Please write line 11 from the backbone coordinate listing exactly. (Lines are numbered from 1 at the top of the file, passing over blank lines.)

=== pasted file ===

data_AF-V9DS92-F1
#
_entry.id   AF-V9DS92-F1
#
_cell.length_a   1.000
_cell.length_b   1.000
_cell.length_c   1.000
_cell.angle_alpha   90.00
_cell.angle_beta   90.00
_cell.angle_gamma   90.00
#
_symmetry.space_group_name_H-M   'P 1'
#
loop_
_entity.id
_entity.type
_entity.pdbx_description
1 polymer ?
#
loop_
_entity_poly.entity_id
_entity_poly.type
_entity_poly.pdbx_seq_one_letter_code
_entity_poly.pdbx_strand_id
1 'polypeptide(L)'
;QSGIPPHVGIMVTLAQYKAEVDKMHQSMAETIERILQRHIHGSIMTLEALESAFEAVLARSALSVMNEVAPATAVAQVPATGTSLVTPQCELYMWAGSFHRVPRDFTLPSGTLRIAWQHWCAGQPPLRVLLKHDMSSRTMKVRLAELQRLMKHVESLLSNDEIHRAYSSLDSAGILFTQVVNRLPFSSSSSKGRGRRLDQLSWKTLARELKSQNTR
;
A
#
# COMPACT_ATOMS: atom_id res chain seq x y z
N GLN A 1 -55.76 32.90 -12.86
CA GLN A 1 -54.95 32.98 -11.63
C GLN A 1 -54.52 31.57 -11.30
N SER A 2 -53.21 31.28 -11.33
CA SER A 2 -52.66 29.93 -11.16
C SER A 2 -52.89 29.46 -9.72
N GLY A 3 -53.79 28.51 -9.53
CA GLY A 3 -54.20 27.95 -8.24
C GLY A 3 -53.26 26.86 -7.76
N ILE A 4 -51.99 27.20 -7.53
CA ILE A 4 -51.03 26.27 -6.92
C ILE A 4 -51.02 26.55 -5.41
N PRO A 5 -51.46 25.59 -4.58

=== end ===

#